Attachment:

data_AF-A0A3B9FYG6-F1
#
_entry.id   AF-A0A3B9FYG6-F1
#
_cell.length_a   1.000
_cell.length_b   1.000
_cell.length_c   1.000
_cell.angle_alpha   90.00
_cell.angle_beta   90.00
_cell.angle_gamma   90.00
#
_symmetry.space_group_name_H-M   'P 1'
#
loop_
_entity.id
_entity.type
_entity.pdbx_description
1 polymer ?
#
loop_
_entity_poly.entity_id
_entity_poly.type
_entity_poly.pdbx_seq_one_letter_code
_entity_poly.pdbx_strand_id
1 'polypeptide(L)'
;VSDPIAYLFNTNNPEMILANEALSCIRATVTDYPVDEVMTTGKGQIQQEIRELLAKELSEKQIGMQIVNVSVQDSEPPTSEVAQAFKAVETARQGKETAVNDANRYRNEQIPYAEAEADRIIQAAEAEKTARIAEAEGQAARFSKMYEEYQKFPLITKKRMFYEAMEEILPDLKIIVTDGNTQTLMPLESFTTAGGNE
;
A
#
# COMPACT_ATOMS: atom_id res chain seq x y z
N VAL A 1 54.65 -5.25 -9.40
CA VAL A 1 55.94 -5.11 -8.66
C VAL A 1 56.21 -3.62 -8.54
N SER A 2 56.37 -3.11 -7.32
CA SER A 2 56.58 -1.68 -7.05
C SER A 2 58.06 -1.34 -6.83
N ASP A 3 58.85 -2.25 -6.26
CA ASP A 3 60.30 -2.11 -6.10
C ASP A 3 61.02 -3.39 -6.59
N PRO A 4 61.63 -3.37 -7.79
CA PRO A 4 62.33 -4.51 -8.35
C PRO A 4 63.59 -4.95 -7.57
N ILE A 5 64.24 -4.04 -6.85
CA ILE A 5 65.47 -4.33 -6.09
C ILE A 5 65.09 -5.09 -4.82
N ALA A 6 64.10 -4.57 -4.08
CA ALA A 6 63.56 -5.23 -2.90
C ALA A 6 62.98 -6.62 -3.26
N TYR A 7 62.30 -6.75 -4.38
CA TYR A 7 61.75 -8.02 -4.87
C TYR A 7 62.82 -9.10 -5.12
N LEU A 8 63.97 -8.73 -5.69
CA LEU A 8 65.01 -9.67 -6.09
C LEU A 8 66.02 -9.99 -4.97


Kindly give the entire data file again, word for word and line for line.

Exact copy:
data_AF-A0A3B9FYG6-F1
#
_entry.id   AF-A0A3B9FYG6-F1
#
_cell.length_a   1.000
_cell.length_b   1.000
_cell.length_c   1.000
_cell.angle_alpha   90.00
_cell.angle_beta   90.00
_cell.angle_gamma   90.00
#
_symmetry.space_group_name_H-M   'P 1'
#
loop_
_entity.id
_entity.type
_entity.pdbx_description
1 polymer ?
#
loop_
_entity_poly.entity_id
_entity_poly.type
_entity_poly.pdbx_seq_one_letter_code
_entity_poly.pdbx_strand_id
1 'polypeptide(L)'
;VSDPIAYLFNTNNPEMILANEALSCIRATVTDYPVDEVMTTGKGQIQQEIRELLAKELSEKQIGMQIVNVSVQDSEPPTSEVAQAFKAVETARQGKETAVNDANRYRNEQIPYAEAEADRIIQAAEAEKTARIAEAEGQAARFSKMYEEYQKFPLITKKRMFYEAMEEILPDLKIIVTDGNTQTLMPLESFTTAGGNE
;
A
#
# COMPACT_ATOMS: atom_id res chain seq x y z
N VAL A 1 54.65 -5.25 -9.40
CA VAL A 1 55.94 -5.11 -8.66
C VAL A 1 56.21 -3.62 -8.54
N SER A 2 56.37 -3.11 -7.32
CA SER A 2 56.58 -1.68 -7.05
C SER A 2 58.06 -1.34 -6.83
N ASP A 3 58.85 -2.25 -6.26
CA ASP A 3 60.30 -2.11 -6.10
C ASP A 3 61.02 -3.39 -6.59
N PRO A 4 61.63 -3.37 -7.79
CA PRO A 4 62.33 -4.51 -8.35
C PRO A 4 63.59 -4.95 -7.57
N ILE A 5 64.24 -4.04 -6.85
CA ILE A 5 65.47 -4.33 -6.09
C ILE A 5 65.09 -5.09 -4.82
N ALA A 6 64.10 -4.57 -4.08
CA ALA A 6 63.56 -5.23 -2.90
C ALA A 6 62.98 -6.62 -3.26
N TYR A 7 62.30 -6.75 -4.38
CA TYR A 7 61.75 -8.02 -4.87
C TYR A 7 62.82 -9.10 -5.12
N LEU A 8 63.97 -8.73 -5.69
CA LEU A 8 65.01 -9.67 -6.09
C LEU A 8 66.02 -9.99 -4.97